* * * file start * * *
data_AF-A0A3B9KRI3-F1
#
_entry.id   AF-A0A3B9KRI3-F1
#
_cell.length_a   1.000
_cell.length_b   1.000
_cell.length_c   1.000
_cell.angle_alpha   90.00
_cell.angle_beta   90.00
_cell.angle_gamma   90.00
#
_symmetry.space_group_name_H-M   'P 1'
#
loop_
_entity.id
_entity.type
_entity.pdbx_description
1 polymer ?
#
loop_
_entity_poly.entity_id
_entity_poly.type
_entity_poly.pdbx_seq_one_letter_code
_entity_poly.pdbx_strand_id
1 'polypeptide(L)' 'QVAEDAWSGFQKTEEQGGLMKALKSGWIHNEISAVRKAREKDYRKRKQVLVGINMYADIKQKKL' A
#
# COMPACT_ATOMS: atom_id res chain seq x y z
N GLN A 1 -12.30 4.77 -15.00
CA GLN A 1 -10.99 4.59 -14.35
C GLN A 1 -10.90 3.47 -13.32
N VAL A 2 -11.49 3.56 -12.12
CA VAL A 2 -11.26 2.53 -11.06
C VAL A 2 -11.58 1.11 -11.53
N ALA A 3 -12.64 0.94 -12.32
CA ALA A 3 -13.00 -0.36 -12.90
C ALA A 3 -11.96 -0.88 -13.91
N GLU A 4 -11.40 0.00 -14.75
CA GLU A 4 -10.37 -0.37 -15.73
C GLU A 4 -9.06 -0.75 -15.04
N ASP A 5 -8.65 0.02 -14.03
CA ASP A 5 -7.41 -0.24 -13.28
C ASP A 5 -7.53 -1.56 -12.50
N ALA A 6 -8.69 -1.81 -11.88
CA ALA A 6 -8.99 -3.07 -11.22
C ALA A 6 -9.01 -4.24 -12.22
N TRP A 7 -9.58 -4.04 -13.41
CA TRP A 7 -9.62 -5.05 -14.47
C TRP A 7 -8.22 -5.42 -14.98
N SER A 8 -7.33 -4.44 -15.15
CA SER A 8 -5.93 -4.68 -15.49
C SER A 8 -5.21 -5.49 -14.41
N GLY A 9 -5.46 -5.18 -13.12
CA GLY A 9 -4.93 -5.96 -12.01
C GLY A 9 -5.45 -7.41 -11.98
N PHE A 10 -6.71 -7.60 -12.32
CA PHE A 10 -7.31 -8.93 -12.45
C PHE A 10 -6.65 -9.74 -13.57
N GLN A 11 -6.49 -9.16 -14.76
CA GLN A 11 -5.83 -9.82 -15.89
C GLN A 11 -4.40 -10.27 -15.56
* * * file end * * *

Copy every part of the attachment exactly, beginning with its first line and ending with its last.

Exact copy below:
data_AF-A0A3B9KRI3-F1
#
_entry.id   AF-A0A3B9KRI3-F1
#
_cell.length_a   1.000
_cell.length_b   1.000
_cell.length_c   1.000
_cell.angle_alpha   90.00
_cell.angle_beta   90.00
_cell.angle_gamma   90.00
#
_symmetry.space_group_name_H-M   'P 1'
#
loop_
_entity.id
_entity.type
_entity.pdbx_description
1 polymer ?
#
loop_
_entity_poly.entity_id
_entity_poly.type
_entity_poly.pdbx_seq_one_letter_code
_entity_poly.pdbx_strand_id
1 'polypeptide(L)' 'QVAEDAWSGFQKTEEQGGLMKALKSGWIHNEISAVRKAREKDYRKRKQVLVGINMYADIKQKKL' A
#
# COMPACT_ATOMS: atom_id res chain seq x y z
N GLN A 1 -12.30 4.77 -15.00
CA GLN A 1 -10.99 4.59 -14.35
C GLN A 1 -10.90 3.47 -13.32
N VAL A 2 -11.49 3.56 -12.12
CA VAL A 2 -11.26 2.53 -11.06
C VAL A 2 -11.58 1.11 -11.53
N ALA A 3 -12.64 0.94 -12.32
CA ALA A 3 -13.00 -0.36 -12.90
C ALA A 3 -11.96 -0.88 -13.91
N GLU A 4 -11.40 0.00 -14.75
CA GLU A 4 -10.37 -0.37 -15.73
C GLU A 4 -9.06 -0.75 -15.04
N ASP A 5 -8.65 0.02 -14.03
CA ASP A 5 -7.41 -0.24 -13.28
C ASP A 5 -7.53 -1.56 -12.50
N ALA A 6 -8.69 -1.81 -11.88
CA ALA A 6 -8.99 -3.07 -11.22
C ALA A 6 -9.01 -4.24 -12.22
N TRP A 7 -9.58 -4.04 -13.41
CA TRP A 7 -9.62 -5.05 -14.47
C TRP A 7 -8.22 -5.42 -14.98
N SER A 8 -7.33 -4.44 -15.15
CA SER A 8 -5.93 -4.68 -15.49
C SER A 8 -5.21 -5.49 -14.41
N GLY A 9 -5.46 -5.18 -13.12
CA GLY A 9 -4.93 -5.96 -12.01
C GLY A 9 -5.45 -7.41 -11.98
N PHE A 10 -6.71 -7.60 -12.32
CA PHE A 10 -7.31 -8.93 -12.45
C PHE A 10 -6.65 -9.74 -13.57
N GLN A 11 -6.49 -9.16 -14.76
CA GLN A 11 -5.83 -9.82 -15.89
C GLN A 11 -4.40 -10.27 -15.56